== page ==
Electricity suppliers have thrown their weight behind a push by the country’s top energy policy adviser for a national approach to spurring on-demand power generation amid worries of a splintering between states that could further delay new projects.
The Energy Security Board’s latest proposals for a redesign of the National Electricity Market to ease the transition to cleaner energy have been met with broad support by the electricity industry as companies digest the details of the options on the table.
After finding that the security of electricity supply is at risk because of a flood of weather-dependent renewable power onto the market, ESB chief Kerry Schott has called for market participants to get behind the reforms that she says are absolutely needed to ensure the lights stay on during the transition to lower-carbon energy.
Options on the table include a national approach to investment schemes such as that controversially introduced late last year in NSW to drive investment in new “firming” generation such as gas and pumped hydro to back up fragile wind and solar power generation.
Beefing up obligations on electricity retailers to guarantee in advance the generation they need to meet peak customer demand is also under consideration, as is a bank of reserve generation to call on as required.
Sarah McNamara, head of the Australian Energy Council, which represents major suppliers such as Origin Energy, said the ESB’s task had been complicated by splintered measures by individual states aimed at supporting generation.
AGL Energy and EnergyAustralia both called time-out to reconsider plans for new gas-fired power stations in NSW after the state government announced its surprise new energy infrastructure strategy in November.
“While jurisdictional approaches are understandable, we continue to argue that a national and co-ordinated approach to energy policy is the framework most likely to deliver the best results for customers – namely reliable, affordable and sustainable electricity supply,” Ms McNamara said.
“The board’s backing for a NEM-wide approach to integrate jurisdictional energy plans and schemes is welcome,” she said, adding that the industry group was still studying the details of the reform proposals.
Ms McNamara said the interconnected system of the NEM was coming under pressure now more than ever as the market sought to accommodate and manage the state-based policies.
EnergyAustralia’s head of markets Ross Edwards said the supplier is keen to see the NEM design evolve “to maintain reliability and system security and to encourage investment as the power system transitions”.
“While there is still much to do, we are pleased to see the health of the NEM improved last year and we will be taking part in the upcoming ESB 2025 formal consultation process to help drive regulatory and policy reforms for the benefit of all,” Mr Edwards said.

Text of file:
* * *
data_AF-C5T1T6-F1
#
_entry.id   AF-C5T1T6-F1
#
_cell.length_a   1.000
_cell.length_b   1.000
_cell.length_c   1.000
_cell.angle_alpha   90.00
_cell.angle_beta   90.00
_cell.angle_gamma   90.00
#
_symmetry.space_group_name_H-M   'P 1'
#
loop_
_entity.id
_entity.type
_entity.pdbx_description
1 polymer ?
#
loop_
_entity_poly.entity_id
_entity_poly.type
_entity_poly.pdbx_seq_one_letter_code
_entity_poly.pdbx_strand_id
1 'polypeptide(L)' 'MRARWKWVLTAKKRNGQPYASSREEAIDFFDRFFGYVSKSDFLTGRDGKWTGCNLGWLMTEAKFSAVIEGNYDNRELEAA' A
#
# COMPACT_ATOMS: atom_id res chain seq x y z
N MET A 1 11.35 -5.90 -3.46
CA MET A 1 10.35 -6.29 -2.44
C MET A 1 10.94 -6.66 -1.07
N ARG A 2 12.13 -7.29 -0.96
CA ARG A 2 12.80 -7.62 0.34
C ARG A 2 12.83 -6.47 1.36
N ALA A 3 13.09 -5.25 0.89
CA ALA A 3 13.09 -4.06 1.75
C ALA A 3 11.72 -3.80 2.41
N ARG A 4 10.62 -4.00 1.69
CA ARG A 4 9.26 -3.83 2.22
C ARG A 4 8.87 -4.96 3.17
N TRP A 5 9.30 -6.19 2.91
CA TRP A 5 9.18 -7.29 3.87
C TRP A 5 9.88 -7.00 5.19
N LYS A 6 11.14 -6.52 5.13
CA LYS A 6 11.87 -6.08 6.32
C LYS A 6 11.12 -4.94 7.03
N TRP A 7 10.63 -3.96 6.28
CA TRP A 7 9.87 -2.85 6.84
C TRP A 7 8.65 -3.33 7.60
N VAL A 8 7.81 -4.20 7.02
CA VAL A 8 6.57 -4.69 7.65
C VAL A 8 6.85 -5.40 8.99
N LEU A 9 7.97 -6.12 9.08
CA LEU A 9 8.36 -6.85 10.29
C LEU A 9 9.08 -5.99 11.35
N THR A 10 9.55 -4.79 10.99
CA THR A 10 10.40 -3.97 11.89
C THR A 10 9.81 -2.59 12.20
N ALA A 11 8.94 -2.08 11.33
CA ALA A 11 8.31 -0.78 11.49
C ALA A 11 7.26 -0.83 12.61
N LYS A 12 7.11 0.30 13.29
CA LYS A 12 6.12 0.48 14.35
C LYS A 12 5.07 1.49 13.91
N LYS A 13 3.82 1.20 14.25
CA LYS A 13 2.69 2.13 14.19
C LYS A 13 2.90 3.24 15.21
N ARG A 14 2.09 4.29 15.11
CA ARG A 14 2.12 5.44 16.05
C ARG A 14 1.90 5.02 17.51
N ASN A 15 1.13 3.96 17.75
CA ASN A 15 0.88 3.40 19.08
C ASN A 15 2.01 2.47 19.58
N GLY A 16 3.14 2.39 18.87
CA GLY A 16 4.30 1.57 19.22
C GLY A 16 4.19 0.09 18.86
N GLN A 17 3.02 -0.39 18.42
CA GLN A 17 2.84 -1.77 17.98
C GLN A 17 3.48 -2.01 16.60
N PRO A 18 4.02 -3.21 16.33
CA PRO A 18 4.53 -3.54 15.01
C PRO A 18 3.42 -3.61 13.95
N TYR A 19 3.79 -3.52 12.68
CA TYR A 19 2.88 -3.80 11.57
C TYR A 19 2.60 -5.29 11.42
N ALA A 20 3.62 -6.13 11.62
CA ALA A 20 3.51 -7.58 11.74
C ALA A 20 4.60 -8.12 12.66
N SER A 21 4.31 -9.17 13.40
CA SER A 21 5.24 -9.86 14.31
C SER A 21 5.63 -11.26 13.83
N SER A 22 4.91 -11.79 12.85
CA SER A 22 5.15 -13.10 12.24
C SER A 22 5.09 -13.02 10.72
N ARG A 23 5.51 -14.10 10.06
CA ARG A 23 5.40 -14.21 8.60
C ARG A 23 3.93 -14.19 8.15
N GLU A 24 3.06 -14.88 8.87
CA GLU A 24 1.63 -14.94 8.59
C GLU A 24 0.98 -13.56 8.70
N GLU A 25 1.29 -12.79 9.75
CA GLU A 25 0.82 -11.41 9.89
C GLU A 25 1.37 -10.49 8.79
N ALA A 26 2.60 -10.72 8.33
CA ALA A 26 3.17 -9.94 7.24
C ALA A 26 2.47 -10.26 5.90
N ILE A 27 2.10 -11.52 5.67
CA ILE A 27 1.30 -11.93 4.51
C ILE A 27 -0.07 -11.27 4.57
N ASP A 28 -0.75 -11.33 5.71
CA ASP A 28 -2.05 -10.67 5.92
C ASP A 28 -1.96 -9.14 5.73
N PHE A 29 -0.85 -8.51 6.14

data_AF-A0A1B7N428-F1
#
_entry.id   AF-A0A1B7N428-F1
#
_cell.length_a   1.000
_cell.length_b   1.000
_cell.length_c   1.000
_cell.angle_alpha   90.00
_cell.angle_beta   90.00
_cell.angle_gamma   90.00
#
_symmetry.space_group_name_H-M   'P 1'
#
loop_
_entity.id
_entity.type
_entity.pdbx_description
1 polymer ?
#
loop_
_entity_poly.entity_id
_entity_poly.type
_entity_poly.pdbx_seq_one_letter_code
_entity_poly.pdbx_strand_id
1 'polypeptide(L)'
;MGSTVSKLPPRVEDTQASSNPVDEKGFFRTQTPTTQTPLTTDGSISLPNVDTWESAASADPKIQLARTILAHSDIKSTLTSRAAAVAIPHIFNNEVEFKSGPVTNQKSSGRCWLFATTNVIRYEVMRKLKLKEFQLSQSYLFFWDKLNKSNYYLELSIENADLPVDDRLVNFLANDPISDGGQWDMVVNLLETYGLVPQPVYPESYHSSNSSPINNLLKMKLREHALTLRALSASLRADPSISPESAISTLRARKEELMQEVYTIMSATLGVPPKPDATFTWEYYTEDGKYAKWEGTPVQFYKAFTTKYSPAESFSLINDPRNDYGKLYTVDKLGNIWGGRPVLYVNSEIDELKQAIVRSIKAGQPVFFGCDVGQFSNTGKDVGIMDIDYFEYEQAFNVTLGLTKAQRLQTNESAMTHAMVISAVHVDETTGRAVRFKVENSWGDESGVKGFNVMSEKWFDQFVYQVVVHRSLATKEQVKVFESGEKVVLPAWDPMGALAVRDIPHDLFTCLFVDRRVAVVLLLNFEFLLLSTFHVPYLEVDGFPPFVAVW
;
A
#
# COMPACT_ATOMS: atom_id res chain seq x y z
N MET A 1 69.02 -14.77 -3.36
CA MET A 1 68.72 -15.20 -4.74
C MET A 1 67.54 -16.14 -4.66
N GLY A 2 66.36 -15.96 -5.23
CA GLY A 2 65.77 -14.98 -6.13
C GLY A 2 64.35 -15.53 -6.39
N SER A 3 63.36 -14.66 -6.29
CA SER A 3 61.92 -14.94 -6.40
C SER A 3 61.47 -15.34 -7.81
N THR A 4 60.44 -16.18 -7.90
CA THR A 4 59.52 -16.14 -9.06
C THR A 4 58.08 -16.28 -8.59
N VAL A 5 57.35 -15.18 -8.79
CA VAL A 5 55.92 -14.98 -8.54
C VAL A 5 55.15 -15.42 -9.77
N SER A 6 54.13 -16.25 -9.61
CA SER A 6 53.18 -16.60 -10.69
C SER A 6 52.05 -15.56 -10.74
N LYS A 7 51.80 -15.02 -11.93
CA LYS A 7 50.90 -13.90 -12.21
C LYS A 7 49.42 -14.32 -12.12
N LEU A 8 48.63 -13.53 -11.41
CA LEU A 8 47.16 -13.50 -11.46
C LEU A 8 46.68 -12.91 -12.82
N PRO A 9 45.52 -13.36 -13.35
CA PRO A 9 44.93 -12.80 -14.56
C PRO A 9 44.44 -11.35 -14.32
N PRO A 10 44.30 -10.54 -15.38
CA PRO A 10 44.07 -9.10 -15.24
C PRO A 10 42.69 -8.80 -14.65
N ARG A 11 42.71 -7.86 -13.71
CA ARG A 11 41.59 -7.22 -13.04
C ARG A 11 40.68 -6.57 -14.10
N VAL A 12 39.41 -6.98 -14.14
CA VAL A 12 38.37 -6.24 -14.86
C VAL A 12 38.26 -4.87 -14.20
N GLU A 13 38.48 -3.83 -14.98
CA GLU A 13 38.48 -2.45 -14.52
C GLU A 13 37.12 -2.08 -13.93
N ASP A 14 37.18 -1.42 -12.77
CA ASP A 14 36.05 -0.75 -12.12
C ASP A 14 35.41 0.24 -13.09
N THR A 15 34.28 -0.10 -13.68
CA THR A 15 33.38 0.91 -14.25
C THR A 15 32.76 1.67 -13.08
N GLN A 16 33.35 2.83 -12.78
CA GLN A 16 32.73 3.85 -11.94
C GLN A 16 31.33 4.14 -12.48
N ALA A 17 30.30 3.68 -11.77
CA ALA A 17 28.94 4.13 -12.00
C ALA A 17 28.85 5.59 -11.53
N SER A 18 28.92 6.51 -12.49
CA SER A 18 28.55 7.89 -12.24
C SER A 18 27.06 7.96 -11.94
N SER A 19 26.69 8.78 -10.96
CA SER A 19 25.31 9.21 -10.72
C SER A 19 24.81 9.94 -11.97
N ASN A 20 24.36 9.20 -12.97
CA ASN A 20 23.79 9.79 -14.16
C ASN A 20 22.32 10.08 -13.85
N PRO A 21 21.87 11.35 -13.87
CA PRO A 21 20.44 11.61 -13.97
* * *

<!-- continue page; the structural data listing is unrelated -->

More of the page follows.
AGL also voiced support for the ESB’s work to redesign the NEM to help ensure the market is prepared for the transition to cleaner supplies.
“We believe Australians are committed to a cleaner energy future, and that it’s up to industry, regulators and governments to ensure the transition is orderly and meets the needs of all the market participants for affordability, efficiency and the confidence necessary for investment,” an AGL spokeswoman said.
“We look forward to working with the Energy Security Board and other stakeholders to develop a market design that meets these aims.”
But the ESB’s report, which highlighted the risk to secure electricity supplies because of the rise of intermittent renewable generation, triggered another call by Nationals senator and former federal resources minister Matthew Canavan for investment in new coal power generation, further exposing the divisions within the Coalition on energy policy.
“We just need reliable power … we invested way too much in types of power which are unreliable, which are weather-dependent and therefore put at risk the security of the system,” Senator Canavan told Sky News.
He described the Energy Security Board’s call for urgent reforms to the NEM as “weasel words” and said what was needed was investment in reliable power such as coal, gas, hydro or nuclear.
“Renewable power [sources] are the dole bludgers of our power networks –they only turn up to work when they want to, when the sun shines, when the wind blows,” he said.
“Let’s invest in reliable forms of power which are there 24/7.”
But federal Energy Minister Angus Taylor called for “balance” between the record levels of investment that have been injected into wind and solar power with investment in dispatchable, flexible generation, as well as noting changes in the market rules that are needed to ensure power was available when it was needed.
He called on state governments to work towards a national approach.
“I would encourage all state governments to work closely with the Energy Security Board and the federal government on this market design,” he said.
“These changes that the ESB is looking towards are the areas that will deliver that affordable, reliable, sustainable energy that we want as a country,” Mr Taylor said.
Source: Financial Review
Electricity suppliers have thrown their weight behind a push by the country's top energy policy adviser for a national approach to spurring on-demand power generation amid worries of a splintering between states that could further delay new projects.